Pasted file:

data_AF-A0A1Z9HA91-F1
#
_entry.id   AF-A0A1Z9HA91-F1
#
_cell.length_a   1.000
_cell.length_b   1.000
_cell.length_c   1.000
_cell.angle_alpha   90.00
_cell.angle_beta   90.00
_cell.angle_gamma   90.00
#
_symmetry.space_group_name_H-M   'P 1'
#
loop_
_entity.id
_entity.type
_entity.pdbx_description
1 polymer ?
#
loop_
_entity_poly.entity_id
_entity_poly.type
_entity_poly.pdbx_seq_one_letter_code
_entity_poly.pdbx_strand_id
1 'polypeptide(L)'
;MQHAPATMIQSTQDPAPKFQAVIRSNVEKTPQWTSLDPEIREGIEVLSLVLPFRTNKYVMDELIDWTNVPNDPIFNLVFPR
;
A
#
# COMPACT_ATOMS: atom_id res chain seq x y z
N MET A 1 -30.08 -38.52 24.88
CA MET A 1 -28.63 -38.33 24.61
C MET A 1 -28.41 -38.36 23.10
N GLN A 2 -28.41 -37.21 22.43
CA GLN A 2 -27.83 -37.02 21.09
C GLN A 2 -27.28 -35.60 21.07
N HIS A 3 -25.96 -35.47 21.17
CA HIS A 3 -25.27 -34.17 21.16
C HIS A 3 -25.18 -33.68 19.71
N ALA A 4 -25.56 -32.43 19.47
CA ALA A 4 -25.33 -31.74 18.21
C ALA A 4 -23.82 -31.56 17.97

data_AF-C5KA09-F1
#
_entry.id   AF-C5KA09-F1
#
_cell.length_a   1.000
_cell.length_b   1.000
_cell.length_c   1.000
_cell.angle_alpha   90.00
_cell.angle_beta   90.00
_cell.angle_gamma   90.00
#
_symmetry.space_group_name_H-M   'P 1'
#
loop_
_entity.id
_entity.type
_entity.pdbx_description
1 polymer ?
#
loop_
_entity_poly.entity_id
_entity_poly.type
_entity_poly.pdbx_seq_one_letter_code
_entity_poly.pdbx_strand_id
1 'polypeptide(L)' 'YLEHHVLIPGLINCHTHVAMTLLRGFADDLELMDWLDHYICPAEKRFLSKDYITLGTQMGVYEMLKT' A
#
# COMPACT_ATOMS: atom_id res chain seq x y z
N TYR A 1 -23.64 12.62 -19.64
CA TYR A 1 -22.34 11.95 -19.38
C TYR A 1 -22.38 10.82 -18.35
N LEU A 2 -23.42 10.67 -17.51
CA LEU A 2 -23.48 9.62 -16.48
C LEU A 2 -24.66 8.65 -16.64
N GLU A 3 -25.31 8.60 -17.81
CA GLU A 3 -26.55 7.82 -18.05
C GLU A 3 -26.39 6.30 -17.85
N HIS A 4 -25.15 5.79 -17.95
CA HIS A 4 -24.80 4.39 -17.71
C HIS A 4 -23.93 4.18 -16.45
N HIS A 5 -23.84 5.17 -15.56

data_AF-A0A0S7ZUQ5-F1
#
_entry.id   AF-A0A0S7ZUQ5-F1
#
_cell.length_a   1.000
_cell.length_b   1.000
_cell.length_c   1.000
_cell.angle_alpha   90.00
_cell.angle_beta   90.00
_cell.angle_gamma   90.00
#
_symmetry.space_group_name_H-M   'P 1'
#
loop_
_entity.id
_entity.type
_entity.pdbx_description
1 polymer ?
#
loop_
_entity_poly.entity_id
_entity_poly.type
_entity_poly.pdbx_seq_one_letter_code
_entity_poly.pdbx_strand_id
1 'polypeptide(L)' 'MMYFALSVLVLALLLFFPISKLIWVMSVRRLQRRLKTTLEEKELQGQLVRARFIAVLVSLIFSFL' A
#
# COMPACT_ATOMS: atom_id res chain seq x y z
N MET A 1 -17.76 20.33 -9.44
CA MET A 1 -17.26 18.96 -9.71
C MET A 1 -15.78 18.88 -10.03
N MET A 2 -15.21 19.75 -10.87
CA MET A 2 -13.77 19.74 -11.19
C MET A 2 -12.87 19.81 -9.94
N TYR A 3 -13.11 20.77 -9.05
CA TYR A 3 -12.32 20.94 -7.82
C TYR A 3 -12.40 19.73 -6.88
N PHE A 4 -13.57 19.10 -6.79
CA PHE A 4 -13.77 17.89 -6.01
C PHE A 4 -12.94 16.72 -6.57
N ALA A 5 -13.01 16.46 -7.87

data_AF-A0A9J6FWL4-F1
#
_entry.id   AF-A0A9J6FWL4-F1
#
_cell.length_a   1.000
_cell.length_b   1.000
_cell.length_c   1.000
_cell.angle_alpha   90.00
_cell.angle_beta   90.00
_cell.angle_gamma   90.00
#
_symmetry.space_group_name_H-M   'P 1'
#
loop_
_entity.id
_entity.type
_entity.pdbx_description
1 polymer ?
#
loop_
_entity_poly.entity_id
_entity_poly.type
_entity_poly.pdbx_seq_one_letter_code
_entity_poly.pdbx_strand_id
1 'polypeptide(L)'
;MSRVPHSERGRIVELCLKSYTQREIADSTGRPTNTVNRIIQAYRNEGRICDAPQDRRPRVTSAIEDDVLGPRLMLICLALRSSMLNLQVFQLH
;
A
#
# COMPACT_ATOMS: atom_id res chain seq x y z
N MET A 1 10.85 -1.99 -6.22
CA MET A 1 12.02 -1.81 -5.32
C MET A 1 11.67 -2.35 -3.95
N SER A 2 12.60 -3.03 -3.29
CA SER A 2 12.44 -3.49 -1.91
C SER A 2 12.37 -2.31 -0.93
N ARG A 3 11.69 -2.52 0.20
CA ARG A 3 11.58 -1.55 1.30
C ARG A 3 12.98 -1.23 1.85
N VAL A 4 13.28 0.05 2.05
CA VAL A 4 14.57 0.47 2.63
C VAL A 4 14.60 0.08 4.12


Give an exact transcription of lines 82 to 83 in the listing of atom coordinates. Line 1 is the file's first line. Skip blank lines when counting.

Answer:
N HIS A 5 -23.84 5.17 -15.56

data_AF-A0A0S7ZUQ5-F1